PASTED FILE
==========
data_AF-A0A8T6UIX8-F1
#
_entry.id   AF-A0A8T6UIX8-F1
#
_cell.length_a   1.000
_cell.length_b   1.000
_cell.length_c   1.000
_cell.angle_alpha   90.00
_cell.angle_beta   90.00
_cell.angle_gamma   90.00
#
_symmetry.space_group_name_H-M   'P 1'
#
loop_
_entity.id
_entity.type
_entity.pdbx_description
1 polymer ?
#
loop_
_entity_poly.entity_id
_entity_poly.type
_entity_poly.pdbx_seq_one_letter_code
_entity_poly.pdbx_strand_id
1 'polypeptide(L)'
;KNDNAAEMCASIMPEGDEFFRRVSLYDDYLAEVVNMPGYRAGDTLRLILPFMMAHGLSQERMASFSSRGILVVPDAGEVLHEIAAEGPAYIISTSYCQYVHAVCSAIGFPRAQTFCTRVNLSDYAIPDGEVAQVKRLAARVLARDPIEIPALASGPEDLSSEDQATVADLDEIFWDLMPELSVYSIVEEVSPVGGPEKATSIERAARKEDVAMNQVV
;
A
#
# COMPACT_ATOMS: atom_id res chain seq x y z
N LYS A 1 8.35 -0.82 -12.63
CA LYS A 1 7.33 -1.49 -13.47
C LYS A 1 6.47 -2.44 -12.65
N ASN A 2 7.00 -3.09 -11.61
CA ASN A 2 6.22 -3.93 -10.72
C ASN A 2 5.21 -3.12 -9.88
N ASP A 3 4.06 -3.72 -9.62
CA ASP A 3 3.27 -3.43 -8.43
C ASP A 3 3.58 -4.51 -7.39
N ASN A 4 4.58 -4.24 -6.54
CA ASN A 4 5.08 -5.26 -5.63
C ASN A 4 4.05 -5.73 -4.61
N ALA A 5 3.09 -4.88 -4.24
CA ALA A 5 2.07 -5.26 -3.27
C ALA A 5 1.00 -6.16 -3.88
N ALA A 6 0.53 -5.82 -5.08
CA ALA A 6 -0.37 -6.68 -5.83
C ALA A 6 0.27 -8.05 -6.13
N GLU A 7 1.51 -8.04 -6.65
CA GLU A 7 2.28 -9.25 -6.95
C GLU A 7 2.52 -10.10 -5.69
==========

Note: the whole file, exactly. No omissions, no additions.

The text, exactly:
data_AF-A0A8T6UIX8-F1
#
_entry.id   AF-A0A8T6UIX8-F1
#
_cell.length_a   1.000
_cell.length_b   1.000
_cell.length_c   1.000
_cell.angle_alpha   90.00
_cell.angle_beta   90.00
_cell.angle_gamma   90.00
#
_symmetry.space_group_name_H-M   'P 1'
#
loop_
_entity.id
_entity.type
_entity.pdbx_description
1 polymer ?
#
loop_
_entity_poly.entity_id
_entity_poly.type
_entity_poly.pdbx_seq_one_letter_code
_entity_poly.pdbx_strand_id
1 'polypeptide(L)'
;KNDNAAEMCASIMPEGDEFFRRVSLYDDYLAEVVNMPGYRAGDTLRLILPFMMAHGLSQERMASFSSRGILVVPDAGEVLHEIAAEGPAYIISTSYCQYVHAVCSAIGFPRAQTFCTRVNLSDYAIPDGEVAQVKRLAARVLARDPIEIPALASGPEDLSSEDQATVADLDEIFWDLMPELSVYSIVEEVSPVGGPEKATSIERAARKEDVAMNQVV
;
A
#
# COMPACT_ATOMS: atom_id res chain seq x y z
N LYS A 1 8.35 -0.82 -12.63
CA LYS A 1 7.33 -1.49 -13.47
C LYS A 1 6.47 -2.44 -12.65
N ASN A 2 7.00 -3.09 -11.61
CA ASN A 2 6.22 -3.93 -10.72
C ASN A 2 5.21 -3.12 -9.88
N ASP A 3 4.06 -3.72 -9.62
CA ASP A 3 3.27 -3.43 -8.43
C ASP A 3 3.58 -4.51 -7.39
N ASN A 4 4.58 -4.24 -6.54
CA ASN A 4 5.08 -5.26 -5.63
C ASN A 4 4.05 -5.73 -4.61
N ALA A 5 3.09 -4.88 -4.24
CA ALA A 5 2.07 -5.26 -3.27
C ALA A 5 1.00 -6.16 -3.88
N ALA A 6 0.53 -5.82 -5.08
CA ALA A 6 -0.37 -6.68 -5.83
C ALA A 6 0.27 -8.05 -6.13
N GLU A 7 1.51 -8.04 -6.65
CA GLU A 7 2.28 -9.25 -6.95
C GLU A 7 2.52 -10.10 -5.69